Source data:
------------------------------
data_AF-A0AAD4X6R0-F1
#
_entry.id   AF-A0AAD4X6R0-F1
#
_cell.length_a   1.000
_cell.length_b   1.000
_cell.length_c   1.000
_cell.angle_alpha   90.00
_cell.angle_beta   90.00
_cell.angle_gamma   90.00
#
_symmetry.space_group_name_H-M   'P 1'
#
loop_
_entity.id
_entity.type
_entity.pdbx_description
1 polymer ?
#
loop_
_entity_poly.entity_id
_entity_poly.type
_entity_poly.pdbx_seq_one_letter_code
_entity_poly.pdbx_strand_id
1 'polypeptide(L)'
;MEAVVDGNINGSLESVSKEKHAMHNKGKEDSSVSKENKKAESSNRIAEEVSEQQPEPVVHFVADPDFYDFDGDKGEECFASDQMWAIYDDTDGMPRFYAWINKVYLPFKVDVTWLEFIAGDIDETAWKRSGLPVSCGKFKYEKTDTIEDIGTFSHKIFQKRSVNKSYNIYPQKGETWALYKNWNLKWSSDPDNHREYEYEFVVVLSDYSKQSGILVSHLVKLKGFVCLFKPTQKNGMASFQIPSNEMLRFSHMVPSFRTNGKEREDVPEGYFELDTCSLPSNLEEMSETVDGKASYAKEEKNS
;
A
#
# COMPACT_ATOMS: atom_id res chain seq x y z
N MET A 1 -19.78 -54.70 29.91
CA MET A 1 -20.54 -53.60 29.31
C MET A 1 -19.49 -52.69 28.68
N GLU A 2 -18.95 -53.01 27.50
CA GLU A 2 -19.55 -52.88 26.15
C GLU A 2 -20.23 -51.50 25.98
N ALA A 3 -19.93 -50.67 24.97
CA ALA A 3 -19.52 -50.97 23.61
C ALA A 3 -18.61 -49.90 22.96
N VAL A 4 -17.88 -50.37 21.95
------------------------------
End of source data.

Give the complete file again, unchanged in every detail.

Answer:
data_AF-A0AAD4X6R0-F1
#
_entry.id   AF-A0AAD4X6R0-F1
#
_cell.length_a   1.000
_cell.length_b   1.000
_cell.length_c   1.000
_cell.angle_alpha   90.00
_cell.angle_beta   90.00
_cell.angle_gamma   90.00
#
_symmetry.space_group_name_H-M   'P 1'
#
loop_
_entity.id
_entity.type
_entity.pdbx_description
1 polymer ?
#
loop_
_entity_poly.entity_id
_entity_poly.type
_entity_poly.pdbx_seq_one_letter_code
_entity_poly.pdbx_strand_id
1 'polypeptide(L)'
;MEAVVDGNINGSLESVSKEKHAMHNKGKEDSSVSKENKKAESSNRIAEEVSEQQPEPVVHFVADPDFYDFDGDKGEECFASDQMWAIYDDTDGMPRFYAWINKVYLPFKVDVTWLEFIAGDIDETAWKRSGLPVSCGKFKYEKTDTIEDIGTFSHKIFQKRSVNKSYNIYPQKGETWALYKNWNLKWSSDPDNHREYEYEFVVVLSDYSKQSGILVSHLVKLKGFVCLFKPTQKNGMASFQIPSNEMLRFSHMVPSFRTNGKEREDVPEGYFELDTCSLPSNLEEMSETVDGKASYAKEEKNS
;
A
#
# COMPACT_ATOMS: atom_id res chain seq x y z
N MET A 1 -19.78 -54.70 29.91
CA MET A 1 -20.54 -53.60 29.31
C MET A 1 -19.49 -52.69 28.68
N GLU A 2 -18.95 -53.01 27.50
CA GLU A 2 -19.55 -52.88 26.15
C GLU A 2 -20.23 -51.50 25.98
N ALA A 3 -19.93 -50.67 24.97
CA ALA A 3 -19.52 -50.97 23.61
C ALA A 3 -18.61 -49.90 22.96
N VAL A 4 -17.88 -50.37 21.95